Saturday, April 26, 2008

Article Dump

I have a lot of articles that I have saved lately that I have meant to post about. Time to get rid of them!

1. Here is an article regarding the genetic modification of farm animals for improved production, feed efficiency and the like. (Should Genetic Modification and RNA Interference be used on Farm Animals? -- ScienceDaily.com) Certainly a touchy subject on many levels. On one side, it is a quick way to improve production, make more meat with less crop input, and have healthier livestock. People have been tampering with the genetics of their livestock ever since they were domesticated, after all. On the other side, there is a great potential for mistakes and misuse of such technology that may put consumers at risk of disease or worse.

2. Scientists have found that birds in groups will have different individuals act as sentries to alert the rest in the area if there are any predators or other dangers around. (Birds Announce Their Sentry Duty to Help Comrades Get a Good Meal-- ScienceDaily.com) This news shouldn't come as a big surprise to anyone who has feeders and enjoys watching the birds that come to it. However, it is certainly an interesting example of cooperation in the animal world.

3. It also shouldn't be very surprising that people who arrive in an emergency room after hours or on weekends receive less care. (Patients Arriving At Hospitals in Off Hours Get Slower, Less Care -- ScienceDaily.com) Just another reason why you shouldn't let things wait until the weekend! This certainly goes for your pets as well. While some things typically do come up in off-hours, it is surprising the number of "emergencies" I see are actually issues that have been going on for several days or more. There are few things more frustrating than trying to work up a chronically sick patient at 2:00 am because the owner insists that it be seen then.

4. An adorable Somali Wild Ass was born in St. Louis on April 10. (St. Louis Zoo Welcomes Birth of Endangered Species - KSDK.com) This subspecies of the African Wild Ass is critically endangered, though their descendants (the domestic and wild donkeys/burros we are familiar with) are quite numerous.

5. The European Commission has set aside a large chunk of land for conservation purposes. (More Space of Species in Europe -- WWF.com) The area is some 19,000 square kilometers of land across nearly a dozen countries. Definitely good news for the critters in that area!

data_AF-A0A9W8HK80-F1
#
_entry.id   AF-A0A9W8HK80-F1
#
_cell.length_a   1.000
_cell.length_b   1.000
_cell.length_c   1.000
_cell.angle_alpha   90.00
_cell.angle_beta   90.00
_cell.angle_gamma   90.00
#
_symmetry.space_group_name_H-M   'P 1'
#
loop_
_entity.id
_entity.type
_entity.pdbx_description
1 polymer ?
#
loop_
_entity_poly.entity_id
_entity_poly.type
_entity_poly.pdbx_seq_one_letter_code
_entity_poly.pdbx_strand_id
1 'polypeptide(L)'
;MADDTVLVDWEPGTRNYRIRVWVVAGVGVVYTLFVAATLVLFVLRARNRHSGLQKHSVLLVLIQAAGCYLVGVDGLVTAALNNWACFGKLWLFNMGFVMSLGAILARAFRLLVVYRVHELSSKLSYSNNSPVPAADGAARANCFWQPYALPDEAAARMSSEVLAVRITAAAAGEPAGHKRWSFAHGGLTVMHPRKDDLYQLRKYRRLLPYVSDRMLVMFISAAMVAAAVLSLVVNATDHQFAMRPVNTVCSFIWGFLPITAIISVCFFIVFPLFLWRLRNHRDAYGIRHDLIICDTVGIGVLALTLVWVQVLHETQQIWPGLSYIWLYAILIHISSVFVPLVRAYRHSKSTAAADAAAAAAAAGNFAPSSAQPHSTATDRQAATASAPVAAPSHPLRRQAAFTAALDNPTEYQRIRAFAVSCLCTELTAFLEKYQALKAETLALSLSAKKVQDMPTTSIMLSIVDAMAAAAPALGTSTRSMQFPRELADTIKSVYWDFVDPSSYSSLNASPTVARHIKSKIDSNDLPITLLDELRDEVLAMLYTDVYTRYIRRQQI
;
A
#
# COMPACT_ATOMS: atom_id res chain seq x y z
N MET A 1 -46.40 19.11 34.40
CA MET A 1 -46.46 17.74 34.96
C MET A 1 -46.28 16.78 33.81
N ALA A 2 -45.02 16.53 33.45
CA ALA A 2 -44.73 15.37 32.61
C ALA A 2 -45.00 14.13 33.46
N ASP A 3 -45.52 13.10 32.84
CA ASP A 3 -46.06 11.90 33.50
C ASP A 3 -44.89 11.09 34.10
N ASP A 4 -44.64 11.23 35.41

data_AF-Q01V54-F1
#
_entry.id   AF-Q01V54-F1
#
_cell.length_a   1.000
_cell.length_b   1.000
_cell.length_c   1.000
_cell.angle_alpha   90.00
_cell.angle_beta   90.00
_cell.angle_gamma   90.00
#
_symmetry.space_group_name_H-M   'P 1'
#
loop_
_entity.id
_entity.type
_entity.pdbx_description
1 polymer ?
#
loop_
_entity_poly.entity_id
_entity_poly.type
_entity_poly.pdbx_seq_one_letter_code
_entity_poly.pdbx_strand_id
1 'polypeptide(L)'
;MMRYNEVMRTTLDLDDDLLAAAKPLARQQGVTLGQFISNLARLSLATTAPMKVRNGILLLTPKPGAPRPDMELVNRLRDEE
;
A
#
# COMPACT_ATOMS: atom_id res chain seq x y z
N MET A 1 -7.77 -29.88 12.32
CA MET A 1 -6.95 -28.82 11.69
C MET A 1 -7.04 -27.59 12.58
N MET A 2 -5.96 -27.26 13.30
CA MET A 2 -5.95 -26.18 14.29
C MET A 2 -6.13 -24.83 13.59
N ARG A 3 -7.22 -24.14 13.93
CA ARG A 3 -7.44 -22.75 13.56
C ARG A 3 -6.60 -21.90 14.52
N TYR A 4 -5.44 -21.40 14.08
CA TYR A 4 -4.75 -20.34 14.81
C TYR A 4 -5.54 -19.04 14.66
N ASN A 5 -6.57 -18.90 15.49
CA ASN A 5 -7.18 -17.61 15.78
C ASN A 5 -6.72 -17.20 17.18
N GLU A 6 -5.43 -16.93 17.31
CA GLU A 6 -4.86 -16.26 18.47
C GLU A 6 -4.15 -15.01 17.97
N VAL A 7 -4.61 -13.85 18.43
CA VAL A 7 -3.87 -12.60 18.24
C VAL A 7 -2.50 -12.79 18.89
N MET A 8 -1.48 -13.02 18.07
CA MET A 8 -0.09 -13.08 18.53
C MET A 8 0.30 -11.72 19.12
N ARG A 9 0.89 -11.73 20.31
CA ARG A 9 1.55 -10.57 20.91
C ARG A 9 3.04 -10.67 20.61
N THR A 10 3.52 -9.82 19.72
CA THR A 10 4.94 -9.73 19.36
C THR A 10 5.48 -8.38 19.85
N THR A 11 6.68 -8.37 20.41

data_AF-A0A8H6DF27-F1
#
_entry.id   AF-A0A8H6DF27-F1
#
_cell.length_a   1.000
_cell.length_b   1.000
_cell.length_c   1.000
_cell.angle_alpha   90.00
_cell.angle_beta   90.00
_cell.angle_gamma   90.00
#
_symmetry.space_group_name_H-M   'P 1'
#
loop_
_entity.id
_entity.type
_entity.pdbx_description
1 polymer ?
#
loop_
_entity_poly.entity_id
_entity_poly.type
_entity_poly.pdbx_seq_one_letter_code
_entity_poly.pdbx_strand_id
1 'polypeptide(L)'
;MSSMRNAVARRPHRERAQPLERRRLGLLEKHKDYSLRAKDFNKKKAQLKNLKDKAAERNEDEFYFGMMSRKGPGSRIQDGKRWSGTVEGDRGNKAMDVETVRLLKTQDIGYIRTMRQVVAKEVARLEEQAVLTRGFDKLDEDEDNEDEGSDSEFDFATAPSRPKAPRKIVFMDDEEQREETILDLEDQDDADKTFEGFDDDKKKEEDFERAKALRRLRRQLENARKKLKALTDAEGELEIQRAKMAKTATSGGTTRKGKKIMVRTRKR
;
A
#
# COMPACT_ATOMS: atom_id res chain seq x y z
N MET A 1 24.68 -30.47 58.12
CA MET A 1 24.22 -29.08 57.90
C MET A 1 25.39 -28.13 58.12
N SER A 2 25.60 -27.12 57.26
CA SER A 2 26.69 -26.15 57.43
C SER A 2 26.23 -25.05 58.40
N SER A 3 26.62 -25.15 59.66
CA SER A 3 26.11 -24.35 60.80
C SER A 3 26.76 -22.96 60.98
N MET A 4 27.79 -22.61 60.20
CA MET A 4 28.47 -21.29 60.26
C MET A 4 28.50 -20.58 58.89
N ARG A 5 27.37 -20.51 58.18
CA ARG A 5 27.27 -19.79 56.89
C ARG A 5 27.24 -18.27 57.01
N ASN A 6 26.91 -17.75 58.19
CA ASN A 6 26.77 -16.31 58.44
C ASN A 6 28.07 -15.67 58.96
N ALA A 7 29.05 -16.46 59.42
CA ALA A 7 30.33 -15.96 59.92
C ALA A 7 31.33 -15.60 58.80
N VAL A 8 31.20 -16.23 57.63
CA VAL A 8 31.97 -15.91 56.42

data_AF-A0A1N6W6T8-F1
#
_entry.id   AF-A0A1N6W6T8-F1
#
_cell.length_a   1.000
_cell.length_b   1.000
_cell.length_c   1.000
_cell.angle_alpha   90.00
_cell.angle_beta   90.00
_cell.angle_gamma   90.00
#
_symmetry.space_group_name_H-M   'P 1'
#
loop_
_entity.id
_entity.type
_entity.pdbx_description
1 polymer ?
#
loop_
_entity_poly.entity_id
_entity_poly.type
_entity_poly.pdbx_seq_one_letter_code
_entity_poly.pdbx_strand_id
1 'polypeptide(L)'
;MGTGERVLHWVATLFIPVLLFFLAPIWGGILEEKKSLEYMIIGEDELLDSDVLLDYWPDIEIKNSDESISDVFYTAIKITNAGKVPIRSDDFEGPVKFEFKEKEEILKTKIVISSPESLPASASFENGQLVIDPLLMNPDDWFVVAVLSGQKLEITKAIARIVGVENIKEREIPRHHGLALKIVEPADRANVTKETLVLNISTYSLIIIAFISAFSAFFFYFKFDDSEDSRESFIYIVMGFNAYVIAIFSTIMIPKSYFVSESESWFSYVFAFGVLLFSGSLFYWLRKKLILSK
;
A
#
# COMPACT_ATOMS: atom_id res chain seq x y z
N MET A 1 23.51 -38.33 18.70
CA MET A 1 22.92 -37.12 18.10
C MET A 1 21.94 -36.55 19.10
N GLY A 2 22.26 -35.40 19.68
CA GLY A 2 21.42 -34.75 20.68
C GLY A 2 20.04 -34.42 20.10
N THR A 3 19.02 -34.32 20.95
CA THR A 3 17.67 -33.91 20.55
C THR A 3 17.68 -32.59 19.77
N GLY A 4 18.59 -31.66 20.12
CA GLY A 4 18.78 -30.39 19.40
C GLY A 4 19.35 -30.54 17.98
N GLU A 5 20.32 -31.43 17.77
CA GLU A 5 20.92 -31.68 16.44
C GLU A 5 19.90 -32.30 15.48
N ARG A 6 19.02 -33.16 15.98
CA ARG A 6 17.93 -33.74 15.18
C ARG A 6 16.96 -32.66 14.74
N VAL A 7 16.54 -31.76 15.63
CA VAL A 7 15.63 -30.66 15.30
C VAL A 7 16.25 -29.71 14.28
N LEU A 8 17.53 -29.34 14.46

6. The entrants for this year's Kentucky Derby are making their final preparations for the race which will take place May 3. (Daily Derby Notes:April 26) The most exciting 3 minutes in sports is only a week away! I'll need to post more specifically about the entrants soon.

That's it for now! Stay tuned for more critter related caperings!

2 comments:

Preserve the Herds said...

If wild donkeys or "burros" are quite common as you say, then tell me what their current population is? How about in BLMs "protected" wild horse and burro program? How many were there before they become "protected"? How many were shot in Big Bend State Park, Texas this last year to bring in bighorn sheep instead?

Are you sure they are "quite common" these days or are your referring to breeders and domestic breeds versus what still roams in the wild?

MK said...

I was referring to the domesticated descendants of wild donkeys/burros that are quite common. I should of been more clear.

As to the issue of managing those wild burros in North America, I think it is certainly important to remember that they are an introduced species and are not native to this continent. They need to be managed in order to protect the habitat and other native species that have lived in that ecosystem much longer, such as the bighorn sheep you mention. What management strategy would you prefer?